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For many dental practitioners, their work day involves receiving a steady stream of patients, diagnosing problems and performing procedures while working in a frequently small, clinical space that’s often brightly lit. Some practitioners find that the lack of natural light in the clinical setting, together with the precise, focused and sometimes lengthy nature of dental procedures, can be mentally tiring.
If you find that the constant focus on others, your work environment or the nature of your practice is having a negative impact on your physical and emotional health, there are things you can do.
If your consultation room is small and windowless, investigate creating the illusion of more space by adjusting the lighting, adding small indoor plants that don’t need much light or by hanging art that shows wide, open areas such as a relaxing beach scene. Soft music or relaxing nature soundtracks can also help to distract from the room’s size by shifting focus subconsciously to what’s beyond it.
Some dental practitioners report that long periods of standing, twisting or sitting can lead to musculoskeletal disorders.
Review the ergonomics of your set up to reduce the risk of these physical problems. Common ergonomic issues that dental practitioners need to look out for are unsuitable equipment such as poorly designed chairs and stools, not keeping neutral posture and improper positioning of work instruments and materials. If you’ve reviewed your workstation and are unsure if any improvements can be made, look into getting a professional ergonomic assessment.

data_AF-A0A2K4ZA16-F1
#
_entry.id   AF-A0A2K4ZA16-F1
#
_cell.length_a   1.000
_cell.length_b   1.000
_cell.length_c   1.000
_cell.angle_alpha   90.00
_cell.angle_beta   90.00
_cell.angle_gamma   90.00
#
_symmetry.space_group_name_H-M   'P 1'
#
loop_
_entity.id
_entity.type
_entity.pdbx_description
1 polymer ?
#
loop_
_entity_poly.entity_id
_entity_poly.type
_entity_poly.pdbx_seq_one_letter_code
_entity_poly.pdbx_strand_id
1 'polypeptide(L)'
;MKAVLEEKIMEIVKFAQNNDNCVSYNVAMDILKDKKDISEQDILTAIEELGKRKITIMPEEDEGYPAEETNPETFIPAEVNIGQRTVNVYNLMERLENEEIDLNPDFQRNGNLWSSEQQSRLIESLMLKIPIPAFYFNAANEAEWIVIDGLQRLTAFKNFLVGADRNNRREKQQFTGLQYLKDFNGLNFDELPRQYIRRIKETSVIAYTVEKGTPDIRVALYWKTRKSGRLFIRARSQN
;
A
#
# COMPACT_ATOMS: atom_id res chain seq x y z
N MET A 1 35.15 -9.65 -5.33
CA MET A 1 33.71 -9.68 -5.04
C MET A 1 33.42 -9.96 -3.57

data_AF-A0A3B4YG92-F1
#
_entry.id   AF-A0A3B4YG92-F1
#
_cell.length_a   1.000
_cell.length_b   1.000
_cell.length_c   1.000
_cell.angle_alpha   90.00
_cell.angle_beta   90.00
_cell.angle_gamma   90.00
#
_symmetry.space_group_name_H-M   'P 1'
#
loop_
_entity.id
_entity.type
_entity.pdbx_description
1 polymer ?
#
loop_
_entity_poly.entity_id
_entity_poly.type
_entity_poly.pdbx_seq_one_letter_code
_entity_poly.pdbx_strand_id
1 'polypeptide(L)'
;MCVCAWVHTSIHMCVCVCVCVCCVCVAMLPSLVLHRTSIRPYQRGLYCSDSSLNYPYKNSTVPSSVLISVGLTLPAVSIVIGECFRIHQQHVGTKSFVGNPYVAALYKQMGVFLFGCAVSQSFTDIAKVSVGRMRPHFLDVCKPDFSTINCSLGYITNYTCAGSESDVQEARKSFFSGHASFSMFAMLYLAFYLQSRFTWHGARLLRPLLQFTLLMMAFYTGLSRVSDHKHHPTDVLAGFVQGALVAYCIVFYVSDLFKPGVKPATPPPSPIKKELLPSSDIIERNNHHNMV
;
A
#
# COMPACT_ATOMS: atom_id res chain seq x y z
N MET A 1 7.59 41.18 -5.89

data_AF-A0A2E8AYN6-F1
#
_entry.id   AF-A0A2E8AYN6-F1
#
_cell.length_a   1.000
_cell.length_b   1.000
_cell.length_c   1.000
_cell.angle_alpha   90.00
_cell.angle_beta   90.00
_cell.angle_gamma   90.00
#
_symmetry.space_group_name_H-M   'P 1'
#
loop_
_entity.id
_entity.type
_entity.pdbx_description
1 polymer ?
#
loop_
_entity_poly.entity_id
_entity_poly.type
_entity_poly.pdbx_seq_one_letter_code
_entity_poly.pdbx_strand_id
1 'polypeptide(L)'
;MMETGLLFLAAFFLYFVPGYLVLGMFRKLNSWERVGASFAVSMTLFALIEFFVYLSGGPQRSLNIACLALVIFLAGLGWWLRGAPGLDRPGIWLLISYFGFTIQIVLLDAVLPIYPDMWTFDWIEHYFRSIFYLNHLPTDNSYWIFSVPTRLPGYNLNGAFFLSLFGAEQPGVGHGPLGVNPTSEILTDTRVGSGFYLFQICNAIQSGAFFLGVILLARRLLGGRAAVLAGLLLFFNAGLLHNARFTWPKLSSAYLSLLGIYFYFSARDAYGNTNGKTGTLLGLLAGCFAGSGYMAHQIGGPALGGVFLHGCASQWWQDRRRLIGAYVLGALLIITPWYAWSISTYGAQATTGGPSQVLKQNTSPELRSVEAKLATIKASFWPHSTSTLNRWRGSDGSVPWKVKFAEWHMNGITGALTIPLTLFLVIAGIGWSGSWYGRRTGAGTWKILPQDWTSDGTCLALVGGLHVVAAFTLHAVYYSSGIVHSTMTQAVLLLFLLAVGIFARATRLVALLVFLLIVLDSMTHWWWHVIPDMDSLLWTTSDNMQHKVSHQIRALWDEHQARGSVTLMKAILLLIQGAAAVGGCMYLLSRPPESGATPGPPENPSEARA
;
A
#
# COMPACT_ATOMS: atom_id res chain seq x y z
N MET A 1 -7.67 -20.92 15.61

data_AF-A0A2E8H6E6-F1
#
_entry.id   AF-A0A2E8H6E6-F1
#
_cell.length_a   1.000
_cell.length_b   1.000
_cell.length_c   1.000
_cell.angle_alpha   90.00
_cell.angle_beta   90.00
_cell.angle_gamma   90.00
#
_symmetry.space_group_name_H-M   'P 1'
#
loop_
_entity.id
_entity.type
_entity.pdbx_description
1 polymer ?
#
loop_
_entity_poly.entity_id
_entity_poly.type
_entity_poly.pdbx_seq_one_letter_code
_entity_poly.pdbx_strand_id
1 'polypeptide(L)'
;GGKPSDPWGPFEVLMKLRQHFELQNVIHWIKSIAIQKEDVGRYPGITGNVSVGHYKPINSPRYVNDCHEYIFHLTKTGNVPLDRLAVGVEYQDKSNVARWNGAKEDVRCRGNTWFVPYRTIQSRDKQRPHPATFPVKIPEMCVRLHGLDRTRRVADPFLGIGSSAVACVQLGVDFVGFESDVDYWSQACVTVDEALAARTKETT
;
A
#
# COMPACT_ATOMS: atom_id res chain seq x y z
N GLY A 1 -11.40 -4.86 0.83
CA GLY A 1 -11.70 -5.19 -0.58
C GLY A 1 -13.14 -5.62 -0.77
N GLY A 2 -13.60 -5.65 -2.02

While it’s no substitute for an ergonomic work environment, regular stretching during the day can counter some of the effects of poor posture. Take a moment between patients to stretch or set a timed reminder in your phone to prompt you to stretch and move. Some smart watches can do this automatically when they detect the wearer hasn’t moved for an extended period of time.
In a busy practice it can be easy to skip breaks, which are important to relax, rest, replenish and connect to colleagues.
Make sure you take the time to have an adequate lunch break during the day for refreshment, exercise and interaction with others. A quick walk around the block with a colleague can keep you refreshed and engaged with peers.
Sometimes it might seem like there is too much to get done to adequately take breaks during the day. However, in the long run your productivity suffers when you skip breaks and you increase the risk of burnout. If you really can’t find the time to take a proper lunch break, try and incorporate smaller breaks into the day to recharge.
Taking these steps to improve your wellbeing at work can have an effect on your overall health and happiness. Visit our Facebook page for more tips on self-care and wellbeing to keep you happy and healthy.